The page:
The Lister Drive towers were 39.6m high and with 30.5m base diameters –small by modern standards. The hyperbolic shape allows the reinforcing bars to be straight though sloping. The base sides at Lister Drive were 368mm thick but the top sides were 165mm: the higher the tower, the thinner the wall. Towers can be very strong but, in high winds, towers can collapse. This happened at Fiddlers Ferry in 1984; the tower was rebuilt.
Fiddlers Ferry- opened in 1971- originally burnt Lancashire coal. It now uses imported and Yorkshire coal, and some biofuels. It has eight 114m towers. Cooling towers have been used as symbolic structures in popular culture: Fiddlers Ferry featured in the title sequence of BBC3’s Two pints of lager and a packet of crisps.
But many local towers have gone. Agecroft power station, built for Salford Corporation in 1925, had four towers. It was in Pendlebury, linked to Agecroft colliery, on the site of HMP Forest Bank. The coal mine closed in 1991 and the power station went two years later. The towers were demolished on May 8, 1994. The four colossal towers dominate a marvellous 1983 photograph by John Davies: it shows tiny figures playing football beneath the Agecroft towers. Photographers, like Davies, have recognised the powerful images and somehow disturbing authority of the great towers. Bernd and Hiller Becher’s photographs of cooling towers are striking and strangely absorbing.
John Piper’s black and white photograph of Build was power station cooling towers, near Ironbridge, was daringly included in Michael Moulder’s 1973 Shropshire: A Shell guide, among pictures of cottages and country churches.
In Manchester Stuart Street power station’s five towers dominated Bradford and Clayton. They were linked to Bradford colliery which closed in 1968. Stuart Street closed in 1975 and the towers went in February 1978. The site is where the Velodrome is now.
Stockport had a splendidly imposing tower at Portwood. It went in the early 1980s but I can recall its bulk at the end of Merseyway: complementing the brick rail viaduct as symbols of Power and Industry; industrial yin and yang. It was shocking when it went; could something so enormous simply collapse in a rumble of dust and shattered concrete?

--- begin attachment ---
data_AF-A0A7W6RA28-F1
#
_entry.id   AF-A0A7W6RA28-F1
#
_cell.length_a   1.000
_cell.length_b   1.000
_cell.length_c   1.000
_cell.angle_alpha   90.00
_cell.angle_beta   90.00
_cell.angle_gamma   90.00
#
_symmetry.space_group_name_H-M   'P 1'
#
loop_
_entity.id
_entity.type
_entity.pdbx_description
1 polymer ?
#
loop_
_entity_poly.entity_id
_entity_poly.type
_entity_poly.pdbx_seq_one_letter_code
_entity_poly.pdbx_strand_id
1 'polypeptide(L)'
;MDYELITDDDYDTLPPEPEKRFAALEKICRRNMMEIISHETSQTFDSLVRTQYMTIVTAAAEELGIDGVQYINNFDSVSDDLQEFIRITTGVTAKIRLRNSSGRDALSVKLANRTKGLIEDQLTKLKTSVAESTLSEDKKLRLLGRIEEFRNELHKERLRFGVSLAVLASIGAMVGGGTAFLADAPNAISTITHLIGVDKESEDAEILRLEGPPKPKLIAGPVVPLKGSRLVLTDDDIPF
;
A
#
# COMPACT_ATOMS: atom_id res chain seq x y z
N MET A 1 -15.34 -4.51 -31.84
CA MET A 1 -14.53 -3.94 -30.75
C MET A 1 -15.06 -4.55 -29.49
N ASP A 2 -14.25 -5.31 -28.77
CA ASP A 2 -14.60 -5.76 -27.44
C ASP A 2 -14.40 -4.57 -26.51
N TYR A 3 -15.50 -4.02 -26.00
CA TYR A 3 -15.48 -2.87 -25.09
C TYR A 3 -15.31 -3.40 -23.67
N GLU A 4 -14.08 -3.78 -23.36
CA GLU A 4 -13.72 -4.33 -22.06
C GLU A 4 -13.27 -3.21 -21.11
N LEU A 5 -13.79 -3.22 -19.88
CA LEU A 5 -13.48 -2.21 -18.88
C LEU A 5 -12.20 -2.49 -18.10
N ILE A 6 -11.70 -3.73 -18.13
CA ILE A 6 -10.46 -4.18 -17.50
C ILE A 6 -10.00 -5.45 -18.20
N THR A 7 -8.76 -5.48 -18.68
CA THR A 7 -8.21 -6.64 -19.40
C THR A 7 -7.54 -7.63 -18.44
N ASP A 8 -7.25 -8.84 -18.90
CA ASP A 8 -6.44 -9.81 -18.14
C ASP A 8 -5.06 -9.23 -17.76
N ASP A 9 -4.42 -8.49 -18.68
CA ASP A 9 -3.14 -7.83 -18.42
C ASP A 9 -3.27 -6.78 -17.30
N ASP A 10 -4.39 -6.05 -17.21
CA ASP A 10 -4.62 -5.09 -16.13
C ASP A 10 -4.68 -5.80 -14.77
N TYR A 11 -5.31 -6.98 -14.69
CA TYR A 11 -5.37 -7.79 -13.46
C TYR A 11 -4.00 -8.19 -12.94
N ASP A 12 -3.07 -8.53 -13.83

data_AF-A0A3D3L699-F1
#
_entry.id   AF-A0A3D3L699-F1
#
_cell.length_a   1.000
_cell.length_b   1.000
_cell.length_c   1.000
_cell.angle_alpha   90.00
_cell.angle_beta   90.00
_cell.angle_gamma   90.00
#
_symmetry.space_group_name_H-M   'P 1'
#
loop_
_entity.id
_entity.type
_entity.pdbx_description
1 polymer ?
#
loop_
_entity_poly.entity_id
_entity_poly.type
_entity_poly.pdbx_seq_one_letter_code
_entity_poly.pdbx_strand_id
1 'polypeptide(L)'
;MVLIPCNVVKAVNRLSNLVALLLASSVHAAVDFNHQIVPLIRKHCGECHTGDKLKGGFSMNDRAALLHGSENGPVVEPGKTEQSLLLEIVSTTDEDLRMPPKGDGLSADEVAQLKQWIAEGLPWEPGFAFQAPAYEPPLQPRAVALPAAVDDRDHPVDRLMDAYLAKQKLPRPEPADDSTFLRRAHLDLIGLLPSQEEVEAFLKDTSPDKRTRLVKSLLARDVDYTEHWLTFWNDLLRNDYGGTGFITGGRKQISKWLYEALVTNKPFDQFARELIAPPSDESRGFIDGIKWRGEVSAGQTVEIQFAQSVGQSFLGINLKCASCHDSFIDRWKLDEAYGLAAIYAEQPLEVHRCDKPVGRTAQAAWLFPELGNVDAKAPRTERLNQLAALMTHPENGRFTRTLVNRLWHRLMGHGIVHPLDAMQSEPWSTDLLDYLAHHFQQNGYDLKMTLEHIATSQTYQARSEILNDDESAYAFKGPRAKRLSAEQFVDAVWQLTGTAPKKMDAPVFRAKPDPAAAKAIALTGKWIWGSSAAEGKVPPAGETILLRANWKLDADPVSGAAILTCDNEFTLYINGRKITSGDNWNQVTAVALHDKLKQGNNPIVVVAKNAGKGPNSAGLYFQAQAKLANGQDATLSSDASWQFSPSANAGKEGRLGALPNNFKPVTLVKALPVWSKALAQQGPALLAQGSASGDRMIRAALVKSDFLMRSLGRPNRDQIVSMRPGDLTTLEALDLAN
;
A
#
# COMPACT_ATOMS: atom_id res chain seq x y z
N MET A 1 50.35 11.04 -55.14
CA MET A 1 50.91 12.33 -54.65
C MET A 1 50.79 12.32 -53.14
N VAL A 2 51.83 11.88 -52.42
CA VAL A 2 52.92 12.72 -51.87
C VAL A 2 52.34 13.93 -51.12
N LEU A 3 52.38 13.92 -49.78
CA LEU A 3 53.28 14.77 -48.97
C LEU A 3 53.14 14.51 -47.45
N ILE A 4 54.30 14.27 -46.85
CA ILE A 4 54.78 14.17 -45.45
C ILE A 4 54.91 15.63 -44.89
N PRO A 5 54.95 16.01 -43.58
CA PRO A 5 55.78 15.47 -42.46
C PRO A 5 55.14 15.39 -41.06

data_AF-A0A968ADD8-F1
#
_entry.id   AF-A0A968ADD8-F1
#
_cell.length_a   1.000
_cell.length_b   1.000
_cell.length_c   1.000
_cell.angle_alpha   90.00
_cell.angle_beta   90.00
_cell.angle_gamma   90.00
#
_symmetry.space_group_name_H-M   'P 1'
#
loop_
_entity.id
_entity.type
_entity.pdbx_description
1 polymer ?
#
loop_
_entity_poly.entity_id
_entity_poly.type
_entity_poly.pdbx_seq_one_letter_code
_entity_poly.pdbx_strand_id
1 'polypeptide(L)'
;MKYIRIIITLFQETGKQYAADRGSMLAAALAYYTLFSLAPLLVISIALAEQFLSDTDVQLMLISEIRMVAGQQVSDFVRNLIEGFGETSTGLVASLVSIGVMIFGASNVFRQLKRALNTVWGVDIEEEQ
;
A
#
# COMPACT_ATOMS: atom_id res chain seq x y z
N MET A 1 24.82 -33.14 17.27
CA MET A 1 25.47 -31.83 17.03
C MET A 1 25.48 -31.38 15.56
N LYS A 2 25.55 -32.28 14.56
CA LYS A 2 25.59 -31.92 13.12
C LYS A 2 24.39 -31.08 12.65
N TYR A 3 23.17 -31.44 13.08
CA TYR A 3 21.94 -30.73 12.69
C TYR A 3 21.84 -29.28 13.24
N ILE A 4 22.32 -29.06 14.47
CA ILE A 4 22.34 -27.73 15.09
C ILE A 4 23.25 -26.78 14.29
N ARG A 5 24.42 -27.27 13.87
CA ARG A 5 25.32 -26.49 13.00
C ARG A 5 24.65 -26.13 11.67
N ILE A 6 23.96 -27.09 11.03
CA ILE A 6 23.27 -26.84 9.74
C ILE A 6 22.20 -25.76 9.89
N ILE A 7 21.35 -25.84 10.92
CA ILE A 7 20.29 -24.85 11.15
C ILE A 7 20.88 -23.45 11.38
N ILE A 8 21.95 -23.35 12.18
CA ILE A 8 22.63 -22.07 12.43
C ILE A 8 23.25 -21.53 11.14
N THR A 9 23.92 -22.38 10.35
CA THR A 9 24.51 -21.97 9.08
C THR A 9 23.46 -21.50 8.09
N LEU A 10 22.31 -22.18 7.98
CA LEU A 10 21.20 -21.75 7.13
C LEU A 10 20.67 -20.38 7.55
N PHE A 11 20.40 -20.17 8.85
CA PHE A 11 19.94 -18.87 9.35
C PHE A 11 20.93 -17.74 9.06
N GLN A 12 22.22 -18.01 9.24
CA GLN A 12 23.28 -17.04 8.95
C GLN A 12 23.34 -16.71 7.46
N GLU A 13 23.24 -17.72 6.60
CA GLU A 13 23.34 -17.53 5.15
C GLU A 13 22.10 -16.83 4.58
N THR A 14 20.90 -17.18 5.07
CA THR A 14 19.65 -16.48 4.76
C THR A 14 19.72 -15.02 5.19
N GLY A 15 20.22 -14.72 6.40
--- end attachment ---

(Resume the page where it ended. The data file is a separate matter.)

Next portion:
But maybe attitudes are changing? Sue Clifford and Angela King included cooling towers in Common Ground’s 2006 England in particular: “landmarks bold enough for giants” they called them.
In their Edgelands: journeys into England’s true wilderness Paul Farley and Michael Symmons Roberts, (Cape, 2011) the flaneuring poet and writer, enthuse: “Cooling towers distort our sense of scale in the English landscape. They also introduce a new spectrum of available visible effects to this thing called the countryside. Seen on a cold dawn, they seem to shimmer over the frozen landscape, mirage-like; while the last late light of June catching their upper reaches 300 feet up can find in their grey concrete a warm range of pinks and purples like a mesa sunset.”
They have looked up inside towers: “Silent from a distance, as you approach a cooling tower on foot, you’re aware of rising white noise, a watery roar. Looking up a tower’s skirt is a revelation. The view inside is of hundreds of piers standing in a heavy downpour, so powerful you can barely see the daylight across the opposite side. It looks like some vast drenched film set; the industrial, warm, interior rain that falls in Stalker or Blade Runner.” Isn’t that thrilling? Isn’t it time we respected our big, bold, steaming towers, where “clouds are made”?
© Aidan Turner-Bishop
This article first appeared in The Modernist issue 1 'BOLD'.